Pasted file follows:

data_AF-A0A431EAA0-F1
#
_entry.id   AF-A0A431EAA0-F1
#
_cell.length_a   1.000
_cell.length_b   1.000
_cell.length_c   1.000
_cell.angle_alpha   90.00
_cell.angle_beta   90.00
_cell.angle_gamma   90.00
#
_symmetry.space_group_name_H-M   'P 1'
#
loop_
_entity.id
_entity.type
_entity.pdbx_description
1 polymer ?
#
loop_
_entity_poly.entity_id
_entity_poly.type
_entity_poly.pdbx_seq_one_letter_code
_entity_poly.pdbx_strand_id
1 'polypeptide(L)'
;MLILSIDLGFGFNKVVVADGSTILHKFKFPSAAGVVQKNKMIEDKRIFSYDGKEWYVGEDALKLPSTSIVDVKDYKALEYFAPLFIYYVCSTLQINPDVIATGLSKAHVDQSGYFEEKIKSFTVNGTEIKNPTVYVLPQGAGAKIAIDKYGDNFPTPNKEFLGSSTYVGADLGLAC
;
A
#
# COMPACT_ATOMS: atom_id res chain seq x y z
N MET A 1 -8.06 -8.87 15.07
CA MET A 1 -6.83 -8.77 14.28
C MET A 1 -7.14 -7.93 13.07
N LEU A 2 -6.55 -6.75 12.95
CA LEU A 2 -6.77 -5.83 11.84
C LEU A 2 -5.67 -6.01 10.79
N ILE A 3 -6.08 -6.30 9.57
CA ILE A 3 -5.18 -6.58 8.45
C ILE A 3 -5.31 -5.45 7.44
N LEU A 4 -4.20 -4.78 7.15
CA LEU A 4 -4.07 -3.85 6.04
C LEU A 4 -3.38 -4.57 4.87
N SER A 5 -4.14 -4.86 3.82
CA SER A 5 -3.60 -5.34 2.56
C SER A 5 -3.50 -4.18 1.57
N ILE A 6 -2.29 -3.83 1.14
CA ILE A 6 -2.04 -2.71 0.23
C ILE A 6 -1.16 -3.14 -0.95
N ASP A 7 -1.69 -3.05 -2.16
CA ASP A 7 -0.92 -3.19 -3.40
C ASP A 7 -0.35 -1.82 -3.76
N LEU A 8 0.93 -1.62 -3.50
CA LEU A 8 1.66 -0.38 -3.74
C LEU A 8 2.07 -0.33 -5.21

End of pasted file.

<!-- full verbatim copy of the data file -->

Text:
data_AF-A0A431EAA0-F1
#
_entry.id   AF-A0A431EAA0-F1
#
_cell.length_a   1.000
_cell.length_b   1.000
_cell.length_c   1.000
_cell.angle_alpha   90.00
_cell.angle_beta   90.00
_cell.angle_gamma   90.00
#
_symmetry.space_group_name_H-M   'P 1'
#
loop_
_entity.id
_entity.type
_entity.pdbx_description
1 polymer ?
#
loop_
_entity_poly.entity_id
_entity_poly.type
_entity_poly.pdbx_seq_one_letter_code
_entity_poly.pdbx_strand_id
1 'polypeptide(L)'
;MLILSIDLGFGFNKVVVADGSTILHKFKFPSAAGVVQKNKMIEDKRIFSYDGKEWYVGEDALKLPSTSIVDVKDYKALEYFAPLFIYYVCSTLQINPDVIATGLSKAHVDQSGYFEEKIKSFTVNGTEIKNPTVYVLPQGAGAKIAIDKYGDNFPTPNKEFLGSSTYVGADLGLAC
;
A
#
# COMPACT_ATOMS: atom_id res chain seq x y z
N MET A 1 -8.06 -8.87 15.07
CA MET A 1 -6.83 -8.77 14.28
C MET A 1 -7.14 -7.93 13.07
N LEU A 2 -6.55 -6.75 12.95
CA LEU A 2 -6.77 -5.83 11.84
C LEU A 2 -5.67 -6.01 10.79
N ILE A 3 -6.08 -6.30 9.57
CA ILE A 3 -5.18 -6.58 8.45
C ILE A 3 -5.31 -5.45 7.44
N LEU A 4 -4.20 -4.78 7.15
CA LEU A 4 -4.07 -3.85 6.04
C LEU A 4 -3.38 -4.57 4.87
N SER A 5 -4.14 -4.86 3.82
CA SER A 5 -3.60 -5.34 2.56
C SER A 5 -3.50 -4.18 1.57
N ILE A 6 -2.29 -3.83 1.14
CA ILE A 6 -2.04 -2.71 0.23
C ILE A 6 -1.16 -3.14 -0.95
N ASP A 7 -1.69 -3.05 -2.16
CA ASP A 7 -0.92 -3.19 -3.40
C ASP A 7 -0.35 -1.82 -3.76
N LEU A 8 0.93 -1.62 -3.50
CA LEU A 8 1.66 -0.38 -3.74
C LEU A 8 2.07 -0.33 -5.21